Notable gameplay advances included the 'one-timer', allowing a player to shoot directly off a pass instead of taking possession first. The flow of the game is also distinctly different from earlier hockey games, with an appropriately slippery feel to controlling the puck that can lead to some outrageous, or hilarious, moments of bad luck.
The sound design is excellent, with the crack of hockey stick on puck and the signature organ tunes for each team being particular favorites.
PGA Tour III quickly shot to the top of the leaderboard upon release in 1994, and was the last entry in the franchise to be exclusive to the Genesis.
The game is a direct sequel to PGA Tour II and features eight playable Tournament Players Club courses, including Avenel, the Woodlands, Summerlin, and Las Colinas. Eleven professional golfers are included in the game, and players can even create their own, although with limited customization. Players must compete against some of these golfers to win the TPC Championship in tournament mode, but stroke play and match play are also available.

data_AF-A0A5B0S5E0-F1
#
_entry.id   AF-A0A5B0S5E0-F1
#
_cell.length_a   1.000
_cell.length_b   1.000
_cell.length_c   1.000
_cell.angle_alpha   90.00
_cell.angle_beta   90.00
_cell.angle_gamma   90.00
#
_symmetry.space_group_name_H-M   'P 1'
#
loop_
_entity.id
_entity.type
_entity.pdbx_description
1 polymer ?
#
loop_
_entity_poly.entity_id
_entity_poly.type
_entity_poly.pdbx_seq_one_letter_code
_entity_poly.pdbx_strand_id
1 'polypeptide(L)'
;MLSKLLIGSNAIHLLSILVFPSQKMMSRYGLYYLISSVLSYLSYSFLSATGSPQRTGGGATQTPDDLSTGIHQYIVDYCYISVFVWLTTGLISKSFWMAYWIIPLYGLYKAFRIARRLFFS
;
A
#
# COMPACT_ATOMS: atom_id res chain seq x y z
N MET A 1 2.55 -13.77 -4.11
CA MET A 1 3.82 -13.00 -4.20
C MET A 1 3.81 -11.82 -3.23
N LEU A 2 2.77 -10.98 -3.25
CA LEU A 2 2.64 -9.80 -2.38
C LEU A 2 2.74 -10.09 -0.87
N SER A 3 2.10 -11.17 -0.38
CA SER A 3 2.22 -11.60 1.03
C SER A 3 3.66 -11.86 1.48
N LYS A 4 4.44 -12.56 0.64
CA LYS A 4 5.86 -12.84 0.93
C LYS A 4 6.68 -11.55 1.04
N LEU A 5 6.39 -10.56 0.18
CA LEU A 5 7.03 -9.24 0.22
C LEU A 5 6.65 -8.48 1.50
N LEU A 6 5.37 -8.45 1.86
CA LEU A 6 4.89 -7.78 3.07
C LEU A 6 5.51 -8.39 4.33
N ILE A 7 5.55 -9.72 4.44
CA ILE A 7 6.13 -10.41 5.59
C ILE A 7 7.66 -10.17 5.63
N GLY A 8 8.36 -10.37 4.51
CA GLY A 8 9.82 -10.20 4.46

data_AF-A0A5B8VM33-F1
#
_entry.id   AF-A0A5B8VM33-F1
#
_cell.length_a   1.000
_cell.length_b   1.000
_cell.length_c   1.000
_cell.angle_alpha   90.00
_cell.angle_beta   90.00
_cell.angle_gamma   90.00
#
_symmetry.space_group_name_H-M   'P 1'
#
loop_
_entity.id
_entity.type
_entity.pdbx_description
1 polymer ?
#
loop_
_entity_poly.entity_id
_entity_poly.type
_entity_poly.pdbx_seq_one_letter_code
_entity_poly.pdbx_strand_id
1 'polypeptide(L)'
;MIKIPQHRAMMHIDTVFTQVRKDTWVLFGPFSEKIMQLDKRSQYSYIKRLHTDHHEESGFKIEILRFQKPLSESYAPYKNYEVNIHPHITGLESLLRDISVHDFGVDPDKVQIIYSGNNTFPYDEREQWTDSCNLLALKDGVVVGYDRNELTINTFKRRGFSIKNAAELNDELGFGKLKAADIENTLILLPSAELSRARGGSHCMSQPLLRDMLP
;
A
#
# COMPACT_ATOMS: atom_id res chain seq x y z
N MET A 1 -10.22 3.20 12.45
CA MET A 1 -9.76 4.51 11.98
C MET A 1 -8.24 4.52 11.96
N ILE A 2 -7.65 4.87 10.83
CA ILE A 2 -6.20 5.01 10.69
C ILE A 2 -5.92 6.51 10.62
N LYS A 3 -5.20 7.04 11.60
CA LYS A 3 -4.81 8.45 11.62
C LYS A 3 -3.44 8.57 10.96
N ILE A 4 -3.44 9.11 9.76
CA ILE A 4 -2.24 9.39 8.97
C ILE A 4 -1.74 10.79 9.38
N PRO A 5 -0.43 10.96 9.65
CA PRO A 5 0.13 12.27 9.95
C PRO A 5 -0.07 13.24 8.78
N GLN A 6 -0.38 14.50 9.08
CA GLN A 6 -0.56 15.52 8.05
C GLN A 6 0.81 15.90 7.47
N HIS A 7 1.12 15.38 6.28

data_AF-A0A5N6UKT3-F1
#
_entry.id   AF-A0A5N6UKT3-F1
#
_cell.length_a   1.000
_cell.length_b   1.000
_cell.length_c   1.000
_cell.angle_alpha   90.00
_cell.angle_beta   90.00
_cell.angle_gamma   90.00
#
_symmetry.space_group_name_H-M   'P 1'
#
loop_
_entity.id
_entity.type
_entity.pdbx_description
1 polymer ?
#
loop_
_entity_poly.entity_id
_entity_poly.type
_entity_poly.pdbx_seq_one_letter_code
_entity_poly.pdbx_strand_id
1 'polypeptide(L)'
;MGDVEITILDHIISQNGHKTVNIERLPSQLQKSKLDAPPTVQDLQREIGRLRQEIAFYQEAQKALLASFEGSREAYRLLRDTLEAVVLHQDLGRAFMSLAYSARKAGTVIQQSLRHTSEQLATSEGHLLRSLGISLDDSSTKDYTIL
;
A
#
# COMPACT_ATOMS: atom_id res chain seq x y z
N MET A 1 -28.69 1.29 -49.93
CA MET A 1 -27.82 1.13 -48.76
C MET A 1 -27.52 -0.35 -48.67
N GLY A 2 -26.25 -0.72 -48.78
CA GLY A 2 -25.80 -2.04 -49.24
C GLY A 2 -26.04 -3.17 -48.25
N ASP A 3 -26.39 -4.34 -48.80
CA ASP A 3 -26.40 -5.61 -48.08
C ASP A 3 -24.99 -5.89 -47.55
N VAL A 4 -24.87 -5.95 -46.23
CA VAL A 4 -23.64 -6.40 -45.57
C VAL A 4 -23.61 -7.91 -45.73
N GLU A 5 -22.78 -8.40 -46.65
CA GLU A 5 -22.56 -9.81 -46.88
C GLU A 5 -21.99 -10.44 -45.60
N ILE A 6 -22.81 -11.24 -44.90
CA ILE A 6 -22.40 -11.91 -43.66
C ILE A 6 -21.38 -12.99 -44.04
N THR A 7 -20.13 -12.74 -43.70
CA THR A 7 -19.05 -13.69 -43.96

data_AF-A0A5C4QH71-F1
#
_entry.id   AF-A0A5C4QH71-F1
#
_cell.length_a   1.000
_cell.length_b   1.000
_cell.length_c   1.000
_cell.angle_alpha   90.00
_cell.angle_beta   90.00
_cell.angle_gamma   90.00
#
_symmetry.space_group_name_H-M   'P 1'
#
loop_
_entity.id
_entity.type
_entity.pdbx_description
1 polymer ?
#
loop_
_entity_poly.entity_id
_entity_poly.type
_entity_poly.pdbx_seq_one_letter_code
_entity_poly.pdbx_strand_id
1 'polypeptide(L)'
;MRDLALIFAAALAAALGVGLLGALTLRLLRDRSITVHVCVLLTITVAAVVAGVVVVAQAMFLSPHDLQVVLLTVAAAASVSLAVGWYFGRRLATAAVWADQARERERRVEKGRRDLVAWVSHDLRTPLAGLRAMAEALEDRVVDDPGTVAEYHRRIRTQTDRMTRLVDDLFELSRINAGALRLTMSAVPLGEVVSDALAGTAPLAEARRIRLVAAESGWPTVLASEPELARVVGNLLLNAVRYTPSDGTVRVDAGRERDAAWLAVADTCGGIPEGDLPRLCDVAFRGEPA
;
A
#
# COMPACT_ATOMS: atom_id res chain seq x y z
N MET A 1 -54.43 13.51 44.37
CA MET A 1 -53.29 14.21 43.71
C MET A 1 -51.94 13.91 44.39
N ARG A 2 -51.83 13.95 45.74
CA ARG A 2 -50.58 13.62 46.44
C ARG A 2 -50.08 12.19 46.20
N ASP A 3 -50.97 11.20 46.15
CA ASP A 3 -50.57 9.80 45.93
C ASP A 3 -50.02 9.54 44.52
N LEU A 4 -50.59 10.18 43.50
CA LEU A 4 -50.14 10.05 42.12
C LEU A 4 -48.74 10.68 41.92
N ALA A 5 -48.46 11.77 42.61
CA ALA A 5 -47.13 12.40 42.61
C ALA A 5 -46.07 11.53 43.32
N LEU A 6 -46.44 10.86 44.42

The gameplay features the classic three-click shot meter, which can be quite punishing, even if you miss your mark very slightly. Putting is aided by a simple but effective 3D rendering of the green.
Madden NFL 97 was the fifth entry in the Madden NFL series and was released in 1996. As well as including all teams from the American and National Football Conferences, the game also featured classic teams, such as the 1952 Detroit Lions and the 1990 Buffalo Bills.
As is still the case with modern Madden games, the presentation is excellent, and John Madden himself helps provide the commentary.